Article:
“I didn’t do that by walking around the halls of Olympia myself,” she says. “We did that by bringing the voices of people affected [to the table]. Everyday I fought against folks who were trying to take away health care, trying to put more money in CEO pockets.”
After working for Children’s Alliance, Mosqueda became a lobbyist for the Washington State Labor Council, AFL-CIO, helping to lead a successful 2016 statewide campaign to raise the minimum wage in steps to $13.50 in 2020. This year, she helped pass comprehensive paid leave legislation. Throughout the campaign, Mosqueda has stressed that, if elected, she will continue to stand up for workers' rights.
Early in the Mosqueda-Grant race, a clash between Nicole Grant of the MLK County Labor Council (no relation to Jon Grant) and the Socialist Alternative over the latter’s endorsement of the white man in the race hinted at the potential for dramatic disagreement between the two versions of Seattle's left. While the two candidates have stayed mostly amicable throughout the race, some of that tension has spilled over into the campaign, as Grant’s offensive has sharpened in recent weeks.
For one, Grant uses Mosqueda’s lobbyist work against her, a jab that is part of a larger critique he is painting of her as an entrenched insider beholden to unsavory interests. “I just don’t know if we need another lobbyist on city council,” he says.
Robby Stern, who held Mosqueda’s post at the Washington State Labor Council, AFL-CIO before her, and is now the president of Puget Sound Advocates for Retirement Action, had originally endorsed both candidates before deciding that some of Grant’s criticisms of Mosqueda were unfair. His comments, Stern says, “totally fail to understand the role of a labor lobbyist in Olympia.”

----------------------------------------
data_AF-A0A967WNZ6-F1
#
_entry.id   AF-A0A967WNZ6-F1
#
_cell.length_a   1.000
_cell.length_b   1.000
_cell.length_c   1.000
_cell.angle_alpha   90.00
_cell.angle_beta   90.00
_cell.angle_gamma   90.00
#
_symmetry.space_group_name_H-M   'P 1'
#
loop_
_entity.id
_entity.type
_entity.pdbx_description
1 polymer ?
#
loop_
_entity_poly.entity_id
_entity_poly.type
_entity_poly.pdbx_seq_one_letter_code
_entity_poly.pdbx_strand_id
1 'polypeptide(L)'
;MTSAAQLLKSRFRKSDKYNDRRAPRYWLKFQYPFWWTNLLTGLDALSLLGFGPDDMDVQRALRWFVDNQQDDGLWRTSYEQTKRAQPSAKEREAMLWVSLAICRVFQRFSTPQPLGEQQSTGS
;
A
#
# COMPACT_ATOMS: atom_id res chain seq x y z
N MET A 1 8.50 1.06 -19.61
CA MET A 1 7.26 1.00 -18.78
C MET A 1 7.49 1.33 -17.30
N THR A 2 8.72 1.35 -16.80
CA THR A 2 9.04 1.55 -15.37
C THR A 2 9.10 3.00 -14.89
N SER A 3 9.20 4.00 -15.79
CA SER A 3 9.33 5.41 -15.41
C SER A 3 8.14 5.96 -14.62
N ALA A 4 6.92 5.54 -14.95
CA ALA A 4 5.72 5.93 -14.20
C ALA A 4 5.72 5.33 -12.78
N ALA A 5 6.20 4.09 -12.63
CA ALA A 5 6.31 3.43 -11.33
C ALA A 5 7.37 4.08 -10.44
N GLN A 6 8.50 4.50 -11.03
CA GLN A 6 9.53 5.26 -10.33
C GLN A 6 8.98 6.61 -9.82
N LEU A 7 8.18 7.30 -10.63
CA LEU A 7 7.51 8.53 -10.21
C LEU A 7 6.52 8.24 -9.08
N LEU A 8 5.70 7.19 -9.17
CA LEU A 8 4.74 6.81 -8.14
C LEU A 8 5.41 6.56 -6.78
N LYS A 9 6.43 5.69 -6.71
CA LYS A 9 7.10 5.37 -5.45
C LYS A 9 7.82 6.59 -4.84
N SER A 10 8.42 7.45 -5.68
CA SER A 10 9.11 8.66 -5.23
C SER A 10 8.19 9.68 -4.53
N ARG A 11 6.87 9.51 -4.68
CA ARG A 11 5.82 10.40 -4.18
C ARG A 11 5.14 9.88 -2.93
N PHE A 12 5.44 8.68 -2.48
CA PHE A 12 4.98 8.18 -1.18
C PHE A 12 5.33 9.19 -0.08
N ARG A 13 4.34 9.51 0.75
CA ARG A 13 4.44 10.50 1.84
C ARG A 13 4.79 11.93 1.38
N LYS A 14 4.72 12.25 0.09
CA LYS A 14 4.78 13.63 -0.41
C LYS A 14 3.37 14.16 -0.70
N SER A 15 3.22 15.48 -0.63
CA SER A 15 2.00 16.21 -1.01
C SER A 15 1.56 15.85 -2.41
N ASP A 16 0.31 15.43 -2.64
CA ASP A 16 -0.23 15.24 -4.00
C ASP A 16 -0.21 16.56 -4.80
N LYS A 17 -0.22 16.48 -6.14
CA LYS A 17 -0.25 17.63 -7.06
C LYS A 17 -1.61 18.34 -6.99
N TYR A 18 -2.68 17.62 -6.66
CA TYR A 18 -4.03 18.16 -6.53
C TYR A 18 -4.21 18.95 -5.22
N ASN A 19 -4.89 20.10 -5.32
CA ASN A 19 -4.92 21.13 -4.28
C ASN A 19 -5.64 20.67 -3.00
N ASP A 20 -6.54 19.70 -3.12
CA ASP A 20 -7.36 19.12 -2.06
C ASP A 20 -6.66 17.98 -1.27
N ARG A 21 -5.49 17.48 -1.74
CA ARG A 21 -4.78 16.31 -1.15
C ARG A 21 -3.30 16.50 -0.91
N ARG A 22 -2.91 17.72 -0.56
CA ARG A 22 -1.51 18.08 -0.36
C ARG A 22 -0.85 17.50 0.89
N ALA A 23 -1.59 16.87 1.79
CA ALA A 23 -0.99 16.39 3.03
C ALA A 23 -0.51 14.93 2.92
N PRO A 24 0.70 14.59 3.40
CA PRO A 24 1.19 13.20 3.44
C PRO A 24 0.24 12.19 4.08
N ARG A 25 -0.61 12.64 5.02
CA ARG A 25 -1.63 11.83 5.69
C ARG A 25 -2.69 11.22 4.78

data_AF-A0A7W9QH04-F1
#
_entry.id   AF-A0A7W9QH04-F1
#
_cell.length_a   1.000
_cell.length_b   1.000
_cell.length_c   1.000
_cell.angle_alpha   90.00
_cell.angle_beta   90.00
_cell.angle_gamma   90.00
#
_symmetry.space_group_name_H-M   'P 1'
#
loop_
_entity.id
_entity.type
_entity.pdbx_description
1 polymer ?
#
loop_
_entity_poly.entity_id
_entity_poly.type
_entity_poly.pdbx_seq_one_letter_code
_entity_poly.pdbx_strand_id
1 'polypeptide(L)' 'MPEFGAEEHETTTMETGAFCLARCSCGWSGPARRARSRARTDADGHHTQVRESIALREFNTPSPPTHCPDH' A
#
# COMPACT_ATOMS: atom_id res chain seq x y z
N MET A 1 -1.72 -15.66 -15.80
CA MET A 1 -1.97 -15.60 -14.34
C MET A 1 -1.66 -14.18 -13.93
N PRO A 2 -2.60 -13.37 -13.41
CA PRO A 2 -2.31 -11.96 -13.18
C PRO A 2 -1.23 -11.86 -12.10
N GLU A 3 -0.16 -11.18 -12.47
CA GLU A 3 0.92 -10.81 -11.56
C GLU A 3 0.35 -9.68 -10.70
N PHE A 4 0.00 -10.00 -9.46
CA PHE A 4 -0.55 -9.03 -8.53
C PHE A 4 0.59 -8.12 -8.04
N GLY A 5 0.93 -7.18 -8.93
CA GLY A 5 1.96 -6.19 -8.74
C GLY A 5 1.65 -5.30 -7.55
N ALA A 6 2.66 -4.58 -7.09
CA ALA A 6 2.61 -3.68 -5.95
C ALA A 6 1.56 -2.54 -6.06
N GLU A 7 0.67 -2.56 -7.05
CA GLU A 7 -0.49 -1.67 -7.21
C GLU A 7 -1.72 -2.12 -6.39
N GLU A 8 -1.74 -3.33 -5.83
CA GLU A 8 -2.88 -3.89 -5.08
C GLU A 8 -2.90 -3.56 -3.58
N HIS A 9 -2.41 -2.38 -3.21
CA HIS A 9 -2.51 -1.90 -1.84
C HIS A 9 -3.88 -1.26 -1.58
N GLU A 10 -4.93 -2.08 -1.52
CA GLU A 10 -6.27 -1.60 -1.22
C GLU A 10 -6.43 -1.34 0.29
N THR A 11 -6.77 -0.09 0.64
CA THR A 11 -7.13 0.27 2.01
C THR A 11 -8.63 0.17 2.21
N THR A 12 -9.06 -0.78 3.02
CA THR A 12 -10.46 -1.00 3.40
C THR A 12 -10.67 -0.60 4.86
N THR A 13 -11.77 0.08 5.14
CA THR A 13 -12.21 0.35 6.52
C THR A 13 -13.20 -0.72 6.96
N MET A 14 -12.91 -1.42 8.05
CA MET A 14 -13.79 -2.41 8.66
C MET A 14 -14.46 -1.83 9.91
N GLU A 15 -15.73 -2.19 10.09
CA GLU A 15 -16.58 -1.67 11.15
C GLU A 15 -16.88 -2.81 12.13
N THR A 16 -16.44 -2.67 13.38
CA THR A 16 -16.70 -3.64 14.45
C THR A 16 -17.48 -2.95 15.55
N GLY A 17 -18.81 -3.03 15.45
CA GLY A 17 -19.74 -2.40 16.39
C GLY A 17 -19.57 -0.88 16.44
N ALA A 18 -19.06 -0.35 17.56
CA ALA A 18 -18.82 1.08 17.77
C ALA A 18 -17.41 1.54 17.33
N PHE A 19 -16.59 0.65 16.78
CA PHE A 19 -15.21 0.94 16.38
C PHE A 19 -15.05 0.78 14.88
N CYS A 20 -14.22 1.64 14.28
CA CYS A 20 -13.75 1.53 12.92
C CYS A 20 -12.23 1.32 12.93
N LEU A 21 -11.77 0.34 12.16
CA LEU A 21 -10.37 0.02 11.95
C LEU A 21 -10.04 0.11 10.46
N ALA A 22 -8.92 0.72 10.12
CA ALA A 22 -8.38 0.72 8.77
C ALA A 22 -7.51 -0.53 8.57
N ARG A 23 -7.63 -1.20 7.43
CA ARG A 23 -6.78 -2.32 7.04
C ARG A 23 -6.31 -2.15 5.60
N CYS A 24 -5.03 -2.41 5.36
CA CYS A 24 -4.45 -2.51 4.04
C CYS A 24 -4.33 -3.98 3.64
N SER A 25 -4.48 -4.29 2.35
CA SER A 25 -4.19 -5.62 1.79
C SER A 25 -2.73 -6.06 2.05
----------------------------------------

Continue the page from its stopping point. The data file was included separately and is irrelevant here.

“You’re sometimes working 19, 20 hour days, going face to face with the [Association of Washington Business] and large corporations that are trying to weaken unemployment insurance [and] compensation laws and doing all these things to try and increase their bottom line by attacking benefits that are essential to all workers,” he says.
Stern adds that when Mosqueda took over for him, she intensified the labor council’s participation in the health-care policy debate by pressing for the expansion of both medicare and medicaid and for providing healthcare to undocumented children. “She became greatly beloved within the labor movement because of her fearless, limitless advocacy not just for workers but for children,” Stern says.
Grant has complained about what he paints as Mosqueda’s connections to the police union and private developers. The claim rests on two points. First, the police union is part of the MLK County Labor Council, which backs Mosqueda and is connected to the state council that employs her. And she received $250 campaign donations from both Maria Barrientos, a local developer who has built both art facilities and trendy multi-family buildings around Seattle (some of which have included affordable units), and Matt Griffin, the lead developer on the Washington State Convention Center addition project.
Mosqueda says: “What ties to the police union? They have not endorsed me. I have constantly been saying we have to have police reform and to rebuild trust.”
And developers? "He’s really grasping at straws,” Mosqueda says. “It’s really all he has left. He can’t come at me for my policy credentials, [and] he can’t come after me for my experience and my relationship in community.”
The question ahead of November is whether Grant’s outsider appeal and work pushing the needle on Seattle’s dual crises of housing affordability and homelessness can make the difference against someone who has labor backing and experience championing progressive causes like health care, child care and the minimum wage. In any event, as the socialist winds gather force in Seattle, one thing has become clear: The battle lines of the left are cementing.